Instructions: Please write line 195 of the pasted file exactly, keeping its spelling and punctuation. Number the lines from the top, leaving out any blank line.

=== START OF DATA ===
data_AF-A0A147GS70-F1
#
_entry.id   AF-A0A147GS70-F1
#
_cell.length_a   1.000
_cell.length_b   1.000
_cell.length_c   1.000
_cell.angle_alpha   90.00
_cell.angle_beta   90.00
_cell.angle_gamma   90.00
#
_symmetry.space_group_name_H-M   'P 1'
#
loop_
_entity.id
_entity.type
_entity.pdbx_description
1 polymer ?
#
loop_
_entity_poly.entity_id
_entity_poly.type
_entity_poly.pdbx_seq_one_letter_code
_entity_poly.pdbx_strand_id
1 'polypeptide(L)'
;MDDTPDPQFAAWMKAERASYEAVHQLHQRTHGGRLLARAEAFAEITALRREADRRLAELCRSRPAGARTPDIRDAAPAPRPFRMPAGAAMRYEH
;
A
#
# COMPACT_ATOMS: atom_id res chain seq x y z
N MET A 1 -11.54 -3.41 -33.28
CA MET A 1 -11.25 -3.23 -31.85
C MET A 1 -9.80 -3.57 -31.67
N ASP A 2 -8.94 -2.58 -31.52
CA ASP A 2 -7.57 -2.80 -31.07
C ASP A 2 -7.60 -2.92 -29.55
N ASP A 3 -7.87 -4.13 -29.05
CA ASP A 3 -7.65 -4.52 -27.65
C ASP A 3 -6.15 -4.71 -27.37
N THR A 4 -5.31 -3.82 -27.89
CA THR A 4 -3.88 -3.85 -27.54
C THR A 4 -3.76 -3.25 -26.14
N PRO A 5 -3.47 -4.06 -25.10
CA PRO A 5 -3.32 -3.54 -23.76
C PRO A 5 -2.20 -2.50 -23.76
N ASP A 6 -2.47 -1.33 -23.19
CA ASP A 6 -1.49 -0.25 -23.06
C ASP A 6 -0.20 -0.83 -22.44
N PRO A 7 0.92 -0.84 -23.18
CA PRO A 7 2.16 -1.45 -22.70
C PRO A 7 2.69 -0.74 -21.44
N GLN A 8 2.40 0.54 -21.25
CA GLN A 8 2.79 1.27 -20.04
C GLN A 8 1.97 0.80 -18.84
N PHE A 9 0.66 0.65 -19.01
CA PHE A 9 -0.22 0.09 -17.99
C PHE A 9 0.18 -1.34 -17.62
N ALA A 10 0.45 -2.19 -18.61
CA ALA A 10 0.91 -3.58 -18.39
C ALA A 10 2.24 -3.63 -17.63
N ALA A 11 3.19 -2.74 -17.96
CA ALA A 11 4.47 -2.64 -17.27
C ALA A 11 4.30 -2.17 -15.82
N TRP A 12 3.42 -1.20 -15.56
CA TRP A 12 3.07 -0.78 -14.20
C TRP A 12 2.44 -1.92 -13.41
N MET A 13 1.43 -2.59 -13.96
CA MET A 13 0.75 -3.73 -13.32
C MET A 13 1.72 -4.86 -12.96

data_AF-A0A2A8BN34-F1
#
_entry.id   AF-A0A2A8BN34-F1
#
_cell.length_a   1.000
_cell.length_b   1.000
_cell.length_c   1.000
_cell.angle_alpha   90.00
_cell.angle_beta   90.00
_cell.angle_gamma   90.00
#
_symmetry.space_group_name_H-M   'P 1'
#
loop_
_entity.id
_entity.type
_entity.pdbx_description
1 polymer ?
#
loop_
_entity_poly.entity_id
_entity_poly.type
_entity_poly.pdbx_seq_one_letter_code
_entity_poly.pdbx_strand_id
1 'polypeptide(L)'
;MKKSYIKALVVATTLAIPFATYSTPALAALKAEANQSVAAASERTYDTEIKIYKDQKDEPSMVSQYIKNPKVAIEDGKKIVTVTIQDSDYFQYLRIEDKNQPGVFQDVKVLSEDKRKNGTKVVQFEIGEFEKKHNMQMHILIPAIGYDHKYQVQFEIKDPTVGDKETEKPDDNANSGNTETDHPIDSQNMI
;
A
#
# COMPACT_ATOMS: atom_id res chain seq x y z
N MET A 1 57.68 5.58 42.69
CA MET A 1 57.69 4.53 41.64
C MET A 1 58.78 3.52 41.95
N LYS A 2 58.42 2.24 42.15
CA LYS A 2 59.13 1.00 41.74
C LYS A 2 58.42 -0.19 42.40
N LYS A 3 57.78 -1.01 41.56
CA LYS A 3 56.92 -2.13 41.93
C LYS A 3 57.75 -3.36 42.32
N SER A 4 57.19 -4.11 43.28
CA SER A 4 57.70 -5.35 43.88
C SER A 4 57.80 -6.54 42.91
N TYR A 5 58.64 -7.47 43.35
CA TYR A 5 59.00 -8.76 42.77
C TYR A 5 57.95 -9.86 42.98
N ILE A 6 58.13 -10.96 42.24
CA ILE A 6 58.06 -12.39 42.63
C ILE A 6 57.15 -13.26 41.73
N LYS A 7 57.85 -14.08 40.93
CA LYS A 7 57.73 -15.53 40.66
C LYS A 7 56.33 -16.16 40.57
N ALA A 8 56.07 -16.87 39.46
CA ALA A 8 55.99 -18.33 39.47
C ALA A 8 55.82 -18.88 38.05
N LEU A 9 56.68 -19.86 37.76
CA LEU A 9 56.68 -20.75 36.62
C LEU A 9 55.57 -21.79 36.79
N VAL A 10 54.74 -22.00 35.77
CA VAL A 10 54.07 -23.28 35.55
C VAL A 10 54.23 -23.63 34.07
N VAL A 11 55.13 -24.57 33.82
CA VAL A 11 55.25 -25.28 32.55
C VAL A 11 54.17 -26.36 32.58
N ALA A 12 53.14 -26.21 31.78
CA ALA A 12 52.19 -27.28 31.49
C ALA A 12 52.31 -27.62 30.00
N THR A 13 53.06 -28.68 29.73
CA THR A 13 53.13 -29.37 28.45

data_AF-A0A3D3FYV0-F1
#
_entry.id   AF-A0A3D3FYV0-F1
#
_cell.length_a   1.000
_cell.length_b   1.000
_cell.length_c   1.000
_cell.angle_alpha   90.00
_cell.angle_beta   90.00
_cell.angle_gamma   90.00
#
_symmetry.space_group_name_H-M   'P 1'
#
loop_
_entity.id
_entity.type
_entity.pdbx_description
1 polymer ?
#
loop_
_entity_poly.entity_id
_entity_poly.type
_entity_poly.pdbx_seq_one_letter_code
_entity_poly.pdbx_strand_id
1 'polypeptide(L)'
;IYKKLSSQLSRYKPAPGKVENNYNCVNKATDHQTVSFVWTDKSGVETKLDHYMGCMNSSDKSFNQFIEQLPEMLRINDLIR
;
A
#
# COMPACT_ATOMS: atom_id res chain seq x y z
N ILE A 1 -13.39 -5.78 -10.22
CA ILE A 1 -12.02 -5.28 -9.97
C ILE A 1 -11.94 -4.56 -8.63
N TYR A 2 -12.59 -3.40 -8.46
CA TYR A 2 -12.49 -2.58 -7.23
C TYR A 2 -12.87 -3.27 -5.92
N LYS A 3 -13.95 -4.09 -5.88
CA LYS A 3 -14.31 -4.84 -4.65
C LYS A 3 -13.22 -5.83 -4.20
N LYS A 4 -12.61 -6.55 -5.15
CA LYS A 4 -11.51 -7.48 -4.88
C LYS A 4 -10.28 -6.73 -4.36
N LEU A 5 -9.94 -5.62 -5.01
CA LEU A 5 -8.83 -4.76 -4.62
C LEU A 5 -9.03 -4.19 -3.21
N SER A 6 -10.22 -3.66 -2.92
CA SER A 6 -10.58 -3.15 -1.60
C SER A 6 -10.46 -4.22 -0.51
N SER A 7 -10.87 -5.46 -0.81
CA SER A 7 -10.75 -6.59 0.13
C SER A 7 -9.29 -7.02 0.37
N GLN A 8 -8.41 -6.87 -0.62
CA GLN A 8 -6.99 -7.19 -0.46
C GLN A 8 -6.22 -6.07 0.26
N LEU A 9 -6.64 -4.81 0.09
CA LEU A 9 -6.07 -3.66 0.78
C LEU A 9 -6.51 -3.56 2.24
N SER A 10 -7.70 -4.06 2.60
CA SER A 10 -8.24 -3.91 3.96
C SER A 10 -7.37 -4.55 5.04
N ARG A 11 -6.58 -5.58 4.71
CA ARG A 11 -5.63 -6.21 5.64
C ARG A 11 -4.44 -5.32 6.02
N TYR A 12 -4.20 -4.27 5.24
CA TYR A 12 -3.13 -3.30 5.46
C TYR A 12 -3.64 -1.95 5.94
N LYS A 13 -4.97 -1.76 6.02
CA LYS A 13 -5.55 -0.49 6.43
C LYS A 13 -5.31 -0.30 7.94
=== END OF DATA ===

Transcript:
N SER A 10 -7.70 -4.06 2.60